I recently discovered a wonderful place, the Chinese Scholar’s Garden in Staten Island.
I have been reading about Chinese gardens and learned that the first private gardens in China were created by Scholars and poets around the year 700. Many ideas used in designing gardens today, are in fact very old and originate in China.
The Scholar’s garden is tucked away in the Snug Harbor complex. I entered the garden through a walkway of a very tall bamboo, with the sound of the wind moving the canes that felt ancient. No photos can compare to the slow unfolding as you move through the garden. The experience of ‘not seeing the garden all at once’ is originally a Chinese idea that has been absorbed into many cultures, and still used today by landscape architects and garden designers the world over.
The garden was constructed by 40 Chinese artists and artisans from Suzhou, China in 1998, and completed within 6 months. Fifteen years later, the plants are mature and while some of the hardscape is in need of repair, that hardly distracts from the beauty of the many layers of architectural details, and textured plantings that include, tall stands of bamboo, pine, cherry, plum, set against the contrasting white walls. Every space I moved through was both intimate but spacious as I could always see beyond to the next area, artfully hinted at by open patterned windows onto a ‘borrowed view’ bringing what was in the garden beyond, into the composition of the present garden – masterful.
The ideas behind this garden, is to create infinite space within a limited area – like life. By stepping through a moon gate you make a transition. View the garden from a pavilion, a bridge, or covered walkways, represents different points of view. The winding paths imitate the twists and turns of life, and waterfalls, pools and water in general, represent the vein of life. Artfully placed rocks give the feeling of being in the mountains.
I am currently working on an essay for the spring issue of Kaatsille Life which will go deeper into the many ideas the Chinese developed about gardens over 3000 years. In the mean time I hope you will make a trip to Staten Island and explore this extraordinary garden. If you do decide to go, I suggest taking lunch, and plan to spend some time – you will not be disappointed.
To get to the Scholar’s Garden in Staten Island, I took the Staten Island Ferry across the New York harbor which if you haven’t done it, is not only free, but has some of the best views of the city. Once in Staten Island, I took the S40 Bus at Gate D and that ride, about 5 minutes, which dropped me at the doorstep to Snug Harbor- a Cultural Arts Center and Botanical Garden consisting of 28 buildings and beautiful grounds.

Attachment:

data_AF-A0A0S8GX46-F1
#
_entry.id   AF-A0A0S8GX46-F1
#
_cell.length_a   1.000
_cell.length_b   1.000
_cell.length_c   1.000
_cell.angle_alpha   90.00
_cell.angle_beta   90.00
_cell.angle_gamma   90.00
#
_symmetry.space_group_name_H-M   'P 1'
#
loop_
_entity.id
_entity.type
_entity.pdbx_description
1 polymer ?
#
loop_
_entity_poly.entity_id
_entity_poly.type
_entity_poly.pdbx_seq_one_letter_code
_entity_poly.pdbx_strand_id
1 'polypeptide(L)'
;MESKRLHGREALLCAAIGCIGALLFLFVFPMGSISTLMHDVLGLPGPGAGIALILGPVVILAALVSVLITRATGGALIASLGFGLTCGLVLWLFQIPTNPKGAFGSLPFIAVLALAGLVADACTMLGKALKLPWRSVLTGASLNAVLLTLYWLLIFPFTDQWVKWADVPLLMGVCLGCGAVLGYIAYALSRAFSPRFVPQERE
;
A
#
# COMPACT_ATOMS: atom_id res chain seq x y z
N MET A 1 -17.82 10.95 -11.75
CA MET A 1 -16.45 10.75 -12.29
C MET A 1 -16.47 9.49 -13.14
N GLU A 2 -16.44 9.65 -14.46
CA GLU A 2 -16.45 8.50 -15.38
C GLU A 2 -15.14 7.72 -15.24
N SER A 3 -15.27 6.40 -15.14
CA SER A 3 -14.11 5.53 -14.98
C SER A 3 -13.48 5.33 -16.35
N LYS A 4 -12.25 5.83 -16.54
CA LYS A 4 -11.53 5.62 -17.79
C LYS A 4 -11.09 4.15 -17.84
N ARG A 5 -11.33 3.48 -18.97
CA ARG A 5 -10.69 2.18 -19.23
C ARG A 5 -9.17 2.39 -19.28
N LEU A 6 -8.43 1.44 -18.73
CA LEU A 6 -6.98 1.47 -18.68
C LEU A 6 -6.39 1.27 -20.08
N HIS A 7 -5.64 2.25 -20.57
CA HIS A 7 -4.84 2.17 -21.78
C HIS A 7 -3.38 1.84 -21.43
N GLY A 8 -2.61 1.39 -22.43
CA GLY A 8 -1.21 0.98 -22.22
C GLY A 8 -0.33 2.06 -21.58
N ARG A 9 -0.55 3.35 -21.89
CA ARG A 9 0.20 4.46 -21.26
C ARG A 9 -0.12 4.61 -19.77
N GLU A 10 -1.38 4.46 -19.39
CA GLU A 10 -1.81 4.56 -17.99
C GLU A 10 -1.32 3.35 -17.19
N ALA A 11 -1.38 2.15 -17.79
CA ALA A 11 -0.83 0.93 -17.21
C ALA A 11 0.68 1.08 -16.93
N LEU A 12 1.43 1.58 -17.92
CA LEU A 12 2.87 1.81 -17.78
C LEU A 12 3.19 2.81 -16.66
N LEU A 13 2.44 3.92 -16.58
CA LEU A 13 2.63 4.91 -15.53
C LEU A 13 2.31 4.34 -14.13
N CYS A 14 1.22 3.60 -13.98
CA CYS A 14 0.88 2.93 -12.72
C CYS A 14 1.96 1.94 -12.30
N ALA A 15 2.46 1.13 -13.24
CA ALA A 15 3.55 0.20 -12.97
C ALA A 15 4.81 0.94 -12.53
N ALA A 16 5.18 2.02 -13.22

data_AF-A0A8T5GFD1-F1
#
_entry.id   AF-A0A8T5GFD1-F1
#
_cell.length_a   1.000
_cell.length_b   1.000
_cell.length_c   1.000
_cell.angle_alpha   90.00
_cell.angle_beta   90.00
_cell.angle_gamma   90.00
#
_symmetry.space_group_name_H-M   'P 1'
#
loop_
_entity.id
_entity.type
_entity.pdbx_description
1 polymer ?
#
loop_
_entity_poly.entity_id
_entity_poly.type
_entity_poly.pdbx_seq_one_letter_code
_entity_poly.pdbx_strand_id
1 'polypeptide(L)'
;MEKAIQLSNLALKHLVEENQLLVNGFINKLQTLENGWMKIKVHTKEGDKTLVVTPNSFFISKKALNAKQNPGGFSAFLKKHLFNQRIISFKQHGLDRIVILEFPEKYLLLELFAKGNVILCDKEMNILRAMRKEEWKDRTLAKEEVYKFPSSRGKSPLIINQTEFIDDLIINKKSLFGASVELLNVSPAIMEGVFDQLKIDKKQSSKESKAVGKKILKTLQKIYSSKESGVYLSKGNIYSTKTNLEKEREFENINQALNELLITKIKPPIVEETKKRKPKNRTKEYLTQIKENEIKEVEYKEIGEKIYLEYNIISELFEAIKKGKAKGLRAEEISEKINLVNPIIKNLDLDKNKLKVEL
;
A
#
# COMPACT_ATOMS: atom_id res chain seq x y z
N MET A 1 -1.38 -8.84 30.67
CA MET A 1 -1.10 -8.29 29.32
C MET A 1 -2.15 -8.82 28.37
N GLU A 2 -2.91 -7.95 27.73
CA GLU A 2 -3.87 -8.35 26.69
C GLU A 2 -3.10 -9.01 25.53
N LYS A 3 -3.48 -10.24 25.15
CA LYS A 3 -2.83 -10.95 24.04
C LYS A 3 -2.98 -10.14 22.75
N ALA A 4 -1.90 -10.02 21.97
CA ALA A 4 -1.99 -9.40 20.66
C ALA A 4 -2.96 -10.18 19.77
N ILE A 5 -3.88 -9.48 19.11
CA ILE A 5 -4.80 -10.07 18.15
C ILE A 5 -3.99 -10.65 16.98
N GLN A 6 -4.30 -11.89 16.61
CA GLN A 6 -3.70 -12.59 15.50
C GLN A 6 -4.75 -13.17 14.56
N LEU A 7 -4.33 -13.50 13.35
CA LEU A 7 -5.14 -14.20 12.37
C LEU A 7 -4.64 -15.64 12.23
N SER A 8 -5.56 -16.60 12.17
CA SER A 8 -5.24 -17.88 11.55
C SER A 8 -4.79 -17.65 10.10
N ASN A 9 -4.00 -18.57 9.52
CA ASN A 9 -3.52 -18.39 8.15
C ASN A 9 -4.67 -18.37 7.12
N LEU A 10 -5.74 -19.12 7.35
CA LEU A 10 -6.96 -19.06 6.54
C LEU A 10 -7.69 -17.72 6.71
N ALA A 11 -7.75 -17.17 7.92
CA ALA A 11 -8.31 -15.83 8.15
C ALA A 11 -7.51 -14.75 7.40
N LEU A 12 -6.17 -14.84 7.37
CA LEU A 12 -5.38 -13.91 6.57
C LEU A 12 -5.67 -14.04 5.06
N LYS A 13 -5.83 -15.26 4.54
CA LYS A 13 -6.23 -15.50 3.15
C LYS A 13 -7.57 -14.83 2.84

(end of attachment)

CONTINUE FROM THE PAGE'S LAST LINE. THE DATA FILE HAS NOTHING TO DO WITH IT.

My great aunts used to live up the street from Snug Harbor. I’ve walked there many times. Too bad the garden went in after they died.
Deirdre -Snug Harbor is quite the complex. I plan to go back and explore the Botanical Garden. They had an area were they were growing farm produce. Also galleries. I heard there was a Tibetan Monastery at the top of the hill- separate from Snug harbor. Do you know anything about that? Best Don
Back then, Snug Harbor had the old sailors home building and the rest was park. I remember coming across a Broken Obelisk sculpture under weeping willows. The University of Washington has a Broken Obelisk in the middle of what we call Red Square. Under trees was a very different effect than in the middle of a large bricked space.
Wonderful to see these photos and to hear of a Chinese garden unfamiliar to me. I’ve visited similar gardens, at the Huntington Gardens in California and at Montreal’s Botanical Garden. Having lived in China during the Cultural Revolution, from 1969-1971, I developed an interest in the way Chinese societies have viewed the landscape, and they ways they’ve incorporated it into their gardens. I hope you will let readers know when your article is published — I look forward to reading it. And your entry has encouraged me to write a blog post about Chinese garden ideas.
Hi Pat, That’s so interesting that you lived in China. I want nothing more then to go and see Chinese gardens. I found the Scholar’s Garden to have such rich planting and a deep understanding of garden spaces. I just read the Yuanye: The Craft of Gardens 1631.written by a Ming Dynasty Chinese garden designer: Ji Cheng (c1582 – c.1642) It’s the first garden manual of its kind. I love the relationship of the 3 disciplines of garden making, painting and poetry. Please let me know when you write your post. Best Don
It may be some time before I get around to writing it, but I will — eventually. Do you know the Sakuteiki, the Japanese 11th century manual on gardening? I find it inspirational. I now need to read the Yuanye: The Craft of Gardens. I agree, the combo of garden making, painting and poetry is very powerful. And similar to the much later English version of the same three disciplines.
I believe the British call it the Sister Arts. I have not read the Sakuteike garden manual. I have seen it mentioned it one of my books. I started with Chinese garden history because I believe the Japanese borrowed heavily from the Chinese way of making gardens up until a certain point where they then created their own hybrid distinct style of gardening. In many way I prefer Japanese Gardens but I love the ideas that Chinese came up with and the poetry of their gardens astounds me.
The peace and serenity of this Scholars Garden is truly magical. Michael and I went there following 9/11. We were working in New Jersey and the smoke over Manhattan was too much to bare. We sought solace on Staten Island in this garden. Inside its walls we found assurance that despite this horrific event there is beauty in what we are capable of creating. Every visit before and after that has renewed our faith in the potential for goodness.
Very interesting post, Don, thanks for sharing and good luck for your essay.